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Complementary Contrasts from Plant Combination

This article was first published on 18 May 2016.

Rosa helenae partnered up with Sedum spectabile 'Herbstfreude' (Autumn Joy).

Rosa helenae partnered up with Sedum spectabile 'Herbstfreude' (Autumn Joy).

Photo by the Otago Daily Times

Autumn is when many of the old fashioned roses produce attractive, colorful fruit referred to as hips.  Varying in size and color, hips can be bright red and tomato-styled, through to small, orange clusters.

Hips make a great autumn display, especially when planted beside other plant species.  A combination that works particularly well at this time of year is Rosa helenae partnered up withSedum spectabile 'Herbstfreude' (Autumn Joy)This powerful grouping is demonstrated at Dunedin Botanic Garden in the rose garden’s species bed.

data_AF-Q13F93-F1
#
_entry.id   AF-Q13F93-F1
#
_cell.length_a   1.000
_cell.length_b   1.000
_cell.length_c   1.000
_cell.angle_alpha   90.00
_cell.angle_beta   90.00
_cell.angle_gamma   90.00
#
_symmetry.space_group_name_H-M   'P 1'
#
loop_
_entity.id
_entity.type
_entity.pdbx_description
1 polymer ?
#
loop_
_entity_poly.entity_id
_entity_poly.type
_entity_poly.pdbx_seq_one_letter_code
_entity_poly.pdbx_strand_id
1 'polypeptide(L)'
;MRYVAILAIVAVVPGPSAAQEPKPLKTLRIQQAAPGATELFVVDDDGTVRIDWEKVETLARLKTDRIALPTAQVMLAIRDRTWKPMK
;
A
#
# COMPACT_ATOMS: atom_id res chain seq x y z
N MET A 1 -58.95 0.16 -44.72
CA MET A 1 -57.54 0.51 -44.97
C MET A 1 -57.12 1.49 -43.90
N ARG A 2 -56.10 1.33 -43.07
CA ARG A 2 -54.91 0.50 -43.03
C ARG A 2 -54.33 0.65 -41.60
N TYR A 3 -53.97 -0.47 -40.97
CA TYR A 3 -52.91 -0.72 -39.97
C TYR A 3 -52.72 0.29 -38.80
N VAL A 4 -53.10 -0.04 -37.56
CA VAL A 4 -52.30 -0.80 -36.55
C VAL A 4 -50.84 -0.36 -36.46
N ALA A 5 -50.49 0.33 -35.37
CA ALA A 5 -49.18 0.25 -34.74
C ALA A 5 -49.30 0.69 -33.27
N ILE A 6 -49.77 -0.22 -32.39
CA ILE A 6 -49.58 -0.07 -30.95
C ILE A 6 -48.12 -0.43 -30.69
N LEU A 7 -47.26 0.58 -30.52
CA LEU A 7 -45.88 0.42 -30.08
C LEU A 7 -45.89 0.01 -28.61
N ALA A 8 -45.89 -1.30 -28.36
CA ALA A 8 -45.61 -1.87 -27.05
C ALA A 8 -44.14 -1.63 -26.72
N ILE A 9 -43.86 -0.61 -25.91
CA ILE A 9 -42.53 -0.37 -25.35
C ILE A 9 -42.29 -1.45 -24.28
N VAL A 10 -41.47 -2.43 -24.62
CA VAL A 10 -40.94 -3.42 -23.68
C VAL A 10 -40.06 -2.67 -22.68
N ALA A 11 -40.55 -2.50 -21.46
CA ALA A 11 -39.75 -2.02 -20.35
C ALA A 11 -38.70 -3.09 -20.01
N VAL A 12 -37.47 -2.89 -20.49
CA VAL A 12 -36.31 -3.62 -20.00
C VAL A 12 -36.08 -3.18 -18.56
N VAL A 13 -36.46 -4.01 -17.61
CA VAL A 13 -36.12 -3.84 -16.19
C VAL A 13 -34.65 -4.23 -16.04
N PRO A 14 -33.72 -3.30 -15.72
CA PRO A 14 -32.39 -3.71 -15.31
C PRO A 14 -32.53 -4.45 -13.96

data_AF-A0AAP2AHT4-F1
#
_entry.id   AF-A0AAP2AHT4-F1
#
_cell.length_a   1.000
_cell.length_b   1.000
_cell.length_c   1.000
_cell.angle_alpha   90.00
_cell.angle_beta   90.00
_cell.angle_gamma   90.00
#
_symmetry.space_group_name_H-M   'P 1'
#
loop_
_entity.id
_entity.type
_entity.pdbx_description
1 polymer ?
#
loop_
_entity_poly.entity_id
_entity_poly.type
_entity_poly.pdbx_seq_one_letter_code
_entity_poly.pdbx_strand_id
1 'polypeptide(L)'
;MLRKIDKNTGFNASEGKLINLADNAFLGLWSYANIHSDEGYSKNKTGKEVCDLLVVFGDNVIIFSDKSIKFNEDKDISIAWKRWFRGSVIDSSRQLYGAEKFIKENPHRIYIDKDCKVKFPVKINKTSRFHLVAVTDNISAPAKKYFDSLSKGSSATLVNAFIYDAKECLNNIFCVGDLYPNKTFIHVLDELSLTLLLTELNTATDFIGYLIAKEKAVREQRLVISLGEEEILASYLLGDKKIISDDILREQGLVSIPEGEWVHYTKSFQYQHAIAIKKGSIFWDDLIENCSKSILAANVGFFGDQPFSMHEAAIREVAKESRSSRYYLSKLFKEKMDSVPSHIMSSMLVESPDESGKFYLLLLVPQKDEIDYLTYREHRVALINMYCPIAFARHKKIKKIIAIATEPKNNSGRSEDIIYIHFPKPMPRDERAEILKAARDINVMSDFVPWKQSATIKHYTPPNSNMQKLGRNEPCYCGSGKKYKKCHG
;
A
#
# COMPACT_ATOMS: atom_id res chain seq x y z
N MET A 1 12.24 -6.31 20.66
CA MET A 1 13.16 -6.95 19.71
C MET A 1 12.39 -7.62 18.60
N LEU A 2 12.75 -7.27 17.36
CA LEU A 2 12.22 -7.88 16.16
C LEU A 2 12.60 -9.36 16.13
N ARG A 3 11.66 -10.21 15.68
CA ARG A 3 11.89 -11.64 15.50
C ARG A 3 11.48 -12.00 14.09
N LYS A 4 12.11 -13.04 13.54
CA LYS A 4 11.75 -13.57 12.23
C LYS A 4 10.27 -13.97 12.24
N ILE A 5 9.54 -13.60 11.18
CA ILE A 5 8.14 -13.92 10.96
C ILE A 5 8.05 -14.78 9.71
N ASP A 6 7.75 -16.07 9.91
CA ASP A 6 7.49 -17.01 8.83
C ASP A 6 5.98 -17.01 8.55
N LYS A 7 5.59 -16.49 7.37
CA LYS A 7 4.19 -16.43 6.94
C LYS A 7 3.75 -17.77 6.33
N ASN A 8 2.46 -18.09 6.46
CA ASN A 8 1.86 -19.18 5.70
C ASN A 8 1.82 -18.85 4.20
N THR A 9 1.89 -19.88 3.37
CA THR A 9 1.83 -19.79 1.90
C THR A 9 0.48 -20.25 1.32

Rosa helenae is a species rose that can be grown as a climber.  In early summer it is covered in clusters of fragrant, small, creamy white flowers, following up with the display of orange hips hanging gracefully from the branches.

Planted in front of the rose is the hardy and versatile Sedum ‘Autumn Joy’.  Autumn is, in fact, prime time for this perennial as the tight, green flower loosens and eases into an open flower head.  Over time, its colour changes from a rich pink, turning to salmon and later deepening to coppery red, a wonderful contrast with the foliage.

As the seed heads dry, they look stunning on a frosty morning or even covered with a dash of snow.

At the start of the next growing season fleshy, grey foliage emerges from the ground and develops into a large, clump-forming plant up to a height of 90 centimetres.  In mid-summer broccoli-like buds sprout and eventually become the large, beautiful flower heads, now starring.  

Linda Hellyer is curator of the rose garden at Dunedin Botanic Garden.